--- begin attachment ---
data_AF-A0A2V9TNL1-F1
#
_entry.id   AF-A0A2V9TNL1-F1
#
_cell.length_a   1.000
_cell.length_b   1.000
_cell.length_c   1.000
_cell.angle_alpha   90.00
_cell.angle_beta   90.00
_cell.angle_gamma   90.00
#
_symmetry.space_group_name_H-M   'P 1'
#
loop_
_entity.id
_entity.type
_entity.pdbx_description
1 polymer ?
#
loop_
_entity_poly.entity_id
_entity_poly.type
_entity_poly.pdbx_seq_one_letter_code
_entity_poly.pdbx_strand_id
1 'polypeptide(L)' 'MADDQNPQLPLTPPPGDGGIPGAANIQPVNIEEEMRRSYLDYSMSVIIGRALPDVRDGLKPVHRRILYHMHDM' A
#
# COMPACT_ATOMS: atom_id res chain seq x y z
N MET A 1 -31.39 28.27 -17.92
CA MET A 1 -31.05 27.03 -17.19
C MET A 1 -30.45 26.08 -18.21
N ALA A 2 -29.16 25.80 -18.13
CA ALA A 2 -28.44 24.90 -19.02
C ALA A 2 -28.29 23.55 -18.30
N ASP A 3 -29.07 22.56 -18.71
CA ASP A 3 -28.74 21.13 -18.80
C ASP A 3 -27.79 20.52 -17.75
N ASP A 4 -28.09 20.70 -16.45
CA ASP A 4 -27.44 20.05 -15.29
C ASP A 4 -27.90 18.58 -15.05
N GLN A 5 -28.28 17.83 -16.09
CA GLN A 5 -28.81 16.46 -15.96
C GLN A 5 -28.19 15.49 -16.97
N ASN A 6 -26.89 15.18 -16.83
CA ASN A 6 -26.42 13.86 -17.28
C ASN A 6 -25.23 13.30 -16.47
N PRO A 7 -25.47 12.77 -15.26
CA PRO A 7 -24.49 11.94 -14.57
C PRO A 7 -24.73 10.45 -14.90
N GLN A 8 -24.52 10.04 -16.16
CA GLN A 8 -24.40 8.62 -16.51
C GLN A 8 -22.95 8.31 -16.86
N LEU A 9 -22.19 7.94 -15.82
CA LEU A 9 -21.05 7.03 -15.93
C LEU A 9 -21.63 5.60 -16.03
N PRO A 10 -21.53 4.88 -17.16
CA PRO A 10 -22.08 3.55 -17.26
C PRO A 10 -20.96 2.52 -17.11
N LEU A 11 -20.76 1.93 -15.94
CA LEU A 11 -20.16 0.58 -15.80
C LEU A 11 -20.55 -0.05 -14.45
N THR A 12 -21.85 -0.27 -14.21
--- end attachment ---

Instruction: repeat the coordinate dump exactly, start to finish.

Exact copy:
data_AF-A0A2V9TNL1-F1
#
_entry.id   AF-A0A2V9TNL1-F1
#
_cell.length_a   1.000
_cell.length_b   1.000
_cell.length_c   1.000
_cell.angle_alpha   90.00
_cell.angle_beta   90.00
_cell.angle_gamma   90.00
#
_symmetry.space_group_name_H-M   'P 1'
#
loop_
_entity.id
_entity.type
_entity.pdbx_description
1 polymer ?
#
loop_
_entity_poly.entity_id
_entity_poly.type
_entity_poly.pdbx_seq_one_letter_code
_entity_poly.pdbx_strand_id
1 'polypeptide(L)' 'MADDQNPQLPLTPPPGDGGIPGAANIQPVNIEEEMRRSYLDYSMSVIIGRALPDVRDGLKPVHRRILYHMHDM' A
#
# COMPACT_ATOMS: atom_id res chain seq x y z
N MET A 1 -31.39 28.27 -17.92
CA MET A 1 -31.05 27.03 -17.19
C MET A 1 -30.45 26.08 -18.21
N ALA A 2 -29.16 25.80 -18.13
CA ALA A 2 -28.44 24.90 -19.02
C ALA A 2 -28.29 23.55 -18.30
N ASP A 3 -29.07 22.56 -18.71
CA ASP A 3 -28.74 21.13 -18.80
C ASP A 3 -27.79 20.52 -17.75
N ASP A 4 -28.09 20.70 -16.45
CA ASP A 4 -27.44 20.05 -15.29
C ASP A 4 -27.90 18.58 -15.05
N GLN A 5 -28.28 17.83 -16.09
CA GLN A 5 -28.81 16.46 -15.96
C GLN A 5 -28.19 15.49 -16.97
N ASN A 6 -26.89 15.18 -16.83
CA ASN A 6 -26.42 13.86 -17.28
C ASN A 6 -25.23 13.30 -16.47
N PRO A 7 -25.47 12.77 -15.26
CA PRO A 7 -24.49 11.94 -14.57
C PRO A 7 -24.73 10.45 -14.90
N GLN A 8 -24.52 10.04 -16.16
CA GLN A 8 -24.40 8.62 -16.51
C GLN A 8 -22.95 8.31 -16.86
N LEU A 9 -22.19 7.94 -15.82
CA LEU A 9 -21.05 7.03 -15.93
C LEU A 9 -21.63 5.60 -16.03
N PRO A 10 -21.53 4.88 -17.16
CA PRO A 10 -22.08 3.55 -17.26
C PRO A 10 -20.96 2.52 -17.11
N LEU A 11 -20.76 1.93 -15.94
CA LEU A 11 -20.16 0.58 -15.80
C LEU A 11 -20.55 -0.05 -14.45
N THR A 12 -21.85 -0.27 -14.21